While out hiking on San Juan Island, especially if you are in the American Camp prairie or Cattle Point, make sure to keep an eye out Red Foxes darting through the grass. Red foxes were introduced to the islands intermittently throughout the twentieth century, presumably to hunt another non-native species whose populations had grown out of control as a result of domesticated animals being released into the wild; the European Rabbit. Although they are called “red,” the San Juan Island foxes can be orange, silver, black, or multi-colored. Black foxes are rare in most parts of the world, but because of a genetic anomaly they are quite common on San Juan Island. The way to identify this species is by the white tip on its bushy tail, and by their black “stockings,” white undersides, and black-tipped ears.
Foxes are a small member of the dog family Canidae and look similar to dogs, but can have a cat-like demeanor. They can weigh anywhere from 10-14 lbs., but appear much larger due to their bushy coat. Unlike most dog species, they prefer open habitats and are not strictly nocturnal. Foxes are omnivores, feasting on insects, birds, snakes, nuts, berries and other fruits. The local foxes’ favorite food, however, are the Townsend’s vole. The San Juan Island foxes can often be spotted creeping low to the ground and then pouncing on their prey with their forefeet, which is extremely entertaining to watch.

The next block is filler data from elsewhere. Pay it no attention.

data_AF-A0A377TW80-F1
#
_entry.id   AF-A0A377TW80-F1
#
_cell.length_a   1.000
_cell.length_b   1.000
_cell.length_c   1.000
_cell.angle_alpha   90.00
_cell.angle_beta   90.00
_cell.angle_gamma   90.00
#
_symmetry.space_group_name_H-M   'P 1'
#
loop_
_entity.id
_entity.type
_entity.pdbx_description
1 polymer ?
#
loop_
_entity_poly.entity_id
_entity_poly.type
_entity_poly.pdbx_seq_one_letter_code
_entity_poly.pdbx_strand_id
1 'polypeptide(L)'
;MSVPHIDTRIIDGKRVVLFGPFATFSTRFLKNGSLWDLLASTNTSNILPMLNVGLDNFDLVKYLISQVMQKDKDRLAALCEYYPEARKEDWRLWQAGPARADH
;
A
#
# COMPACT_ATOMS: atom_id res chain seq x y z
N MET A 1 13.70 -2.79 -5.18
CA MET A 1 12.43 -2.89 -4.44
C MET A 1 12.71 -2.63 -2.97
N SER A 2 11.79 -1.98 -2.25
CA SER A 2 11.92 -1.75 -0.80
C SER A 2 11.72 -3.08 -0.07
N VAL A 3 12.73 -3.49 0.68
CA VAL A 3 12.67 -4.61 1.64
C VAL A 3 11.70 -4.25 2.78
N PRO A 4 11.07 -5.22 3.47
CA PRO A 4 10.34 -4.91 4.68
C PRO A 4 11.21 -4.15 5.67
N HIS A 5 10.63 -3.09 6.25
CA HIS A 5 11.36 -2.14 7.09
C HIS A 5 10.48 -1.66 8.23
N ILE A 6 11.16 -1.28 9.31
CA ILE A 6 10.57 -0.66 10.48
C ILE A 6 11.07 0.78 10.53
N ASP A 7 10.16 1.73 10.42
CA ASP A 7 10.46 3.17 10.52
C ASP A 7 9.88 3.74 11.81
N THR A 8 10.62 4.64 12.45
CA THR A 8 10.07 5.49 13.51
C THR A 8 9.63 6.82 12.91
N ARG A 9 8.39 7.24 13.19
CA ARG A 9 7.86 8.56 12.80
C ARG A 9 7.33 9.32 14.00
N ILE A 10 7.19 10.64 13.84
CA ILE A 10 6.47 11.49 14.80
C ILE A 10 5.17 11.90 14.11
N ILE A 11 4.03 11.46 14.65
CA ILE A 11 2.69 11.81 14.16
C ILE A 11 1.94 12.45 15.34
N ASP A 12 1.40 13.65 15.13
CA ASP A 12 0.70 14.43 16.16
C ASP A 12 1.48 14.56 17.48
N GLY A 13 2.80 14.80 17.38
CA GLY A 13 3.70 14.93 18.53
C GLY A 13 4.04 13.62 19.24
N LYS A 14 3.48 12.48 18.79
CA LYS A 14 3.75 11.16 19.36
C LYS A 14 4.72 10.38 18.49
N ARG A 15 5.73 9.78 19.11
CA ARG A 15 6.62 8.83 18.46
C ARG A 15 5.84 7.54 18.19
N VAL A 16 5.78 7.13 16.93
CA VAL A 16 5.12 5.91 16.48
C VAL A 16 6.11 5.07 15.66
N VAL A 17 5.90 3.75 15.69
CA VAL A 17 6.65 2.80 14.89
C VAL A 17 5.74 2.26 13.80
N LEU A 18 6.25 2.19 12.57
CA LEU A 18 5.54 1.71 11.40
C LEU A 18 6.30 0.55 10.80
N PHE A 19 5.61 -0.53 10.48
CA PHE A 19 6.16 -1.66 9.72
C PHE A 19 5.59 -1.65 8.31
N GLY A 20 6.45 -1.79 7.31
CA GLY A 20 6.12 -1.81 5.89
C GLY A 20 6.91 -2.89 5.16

Because the Red Foxes that live on San Juan Island are relatively accustomed to the presence of humans, they have made headlines for causing traffic hazards. Sometimes tourists feed the foxes, which is illegal and dangerous to both humans and the animals, but even simply stopping on the road to American Camp to observe the animals can cause a traffic hazard. There is a blind corner leading to the park, so visitors should take precautions to pull completely off the road while viewing wildlife. Generally an animal creating hazardous conditions in a protected park would be moved, but the one in the above-referenced story was spotted near two kits, indicating a den.